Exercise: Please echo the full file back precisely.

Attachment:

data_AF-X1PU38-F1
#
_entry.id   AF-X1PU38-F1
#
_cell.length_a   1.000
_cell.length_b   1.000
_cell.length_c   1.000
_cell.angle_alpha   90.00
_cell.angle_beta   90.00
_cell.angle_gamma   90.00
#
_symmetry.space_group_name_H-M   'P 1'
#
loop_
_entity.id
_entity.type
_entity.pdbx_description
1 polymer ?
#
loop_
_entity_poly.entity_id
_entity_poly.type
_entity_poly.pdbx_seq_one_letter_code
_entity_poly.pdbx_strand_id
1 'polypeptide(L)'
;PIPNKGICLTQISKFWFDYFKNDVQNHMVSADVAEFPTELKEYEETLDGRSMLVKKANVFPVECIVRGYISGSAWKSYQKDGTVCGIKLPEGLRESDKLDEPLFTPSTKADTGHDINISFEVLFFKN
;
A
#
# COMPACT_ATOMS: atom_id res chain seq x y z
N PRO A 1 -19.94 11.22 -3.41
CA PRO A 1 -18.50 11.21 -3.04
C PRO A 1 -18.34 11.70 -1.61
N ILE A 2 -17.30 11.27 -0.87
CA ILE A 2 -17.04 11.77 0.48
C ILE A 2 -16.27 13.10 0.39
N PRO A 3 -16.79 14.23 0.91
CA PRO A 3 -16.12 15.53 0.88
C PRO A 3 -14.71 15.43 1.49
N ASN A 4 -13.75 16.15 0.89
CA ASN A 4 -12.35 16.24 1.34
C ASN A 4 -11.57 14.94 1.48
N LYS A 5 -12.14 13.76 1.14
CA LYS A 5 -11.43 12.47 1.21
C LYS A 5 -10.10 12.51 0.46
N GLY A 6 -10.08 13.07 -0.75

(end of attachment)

data_AF-X1PU38-F1
#
_entry.id   AF-X1PU38-F1
#
_cell.length_a   1.000
_cell.length_b   1.000
_cell.length_c   1.000
_cell.angle_alpha   90.00
_cell.angle_beta   90.00
_cell.angle_gamma   90.00
#
_symmetry.space_group_name_H-M   'P 1'
#
loop_
_entity.id
_entity.type
_entity.pdbx_description
1 polymer ?
#
loop_
_entity_poly.entity_id
_entity_poly.type
_entity_poly.pdbx_seq_one_letter_code
_entity_poly.pdbx_strand_id
1 'polypeptide(L)'
;PIPNKGICLTQISKFWFDYFKNDVQNHMVSADVAEFPTELKEYEETLDGRSMLVKKANVFPVECIVRGYISGSAWKSYQKDGTVCGIKLPEGLRESDKLDEPLFTPSTKADTGHDINISFEVLFFKN
;
A
#
# COMPACT_ATOMS: atom_id res chain seq x y z
N PRO A 1 -19.94 11.22 -3.41
CA PRO A 1 -18.50 11.21 -3.04
C PRO A 1 -18.34 11.70 -1.61
N ILE A 2 -17.30 11.27 -0.87
CA ILE A 2 -17.04 11.77 0.48
C ILE A 2 -16.27 13.10 0.39
N PRO A 3 -16.79 14.23 0.91
CA PRO A 3 -16.12 15.53 0.88
C PRO A 3 -14.71 15.43 1.49
N ASN A 4 -13.75 16.15 0.89
CA ASN A 4 -12.35 16.24 1.34
C ASN A 4 -11.57 14.94 1.48
N LYS A 5 -12.14 13.76 1.14
CA LYS A 5 -11.43 12.47 1.21
C LYS A 5 -10.10 12.51 0.46
N GLY A 6 -10.08 13.07 -0.75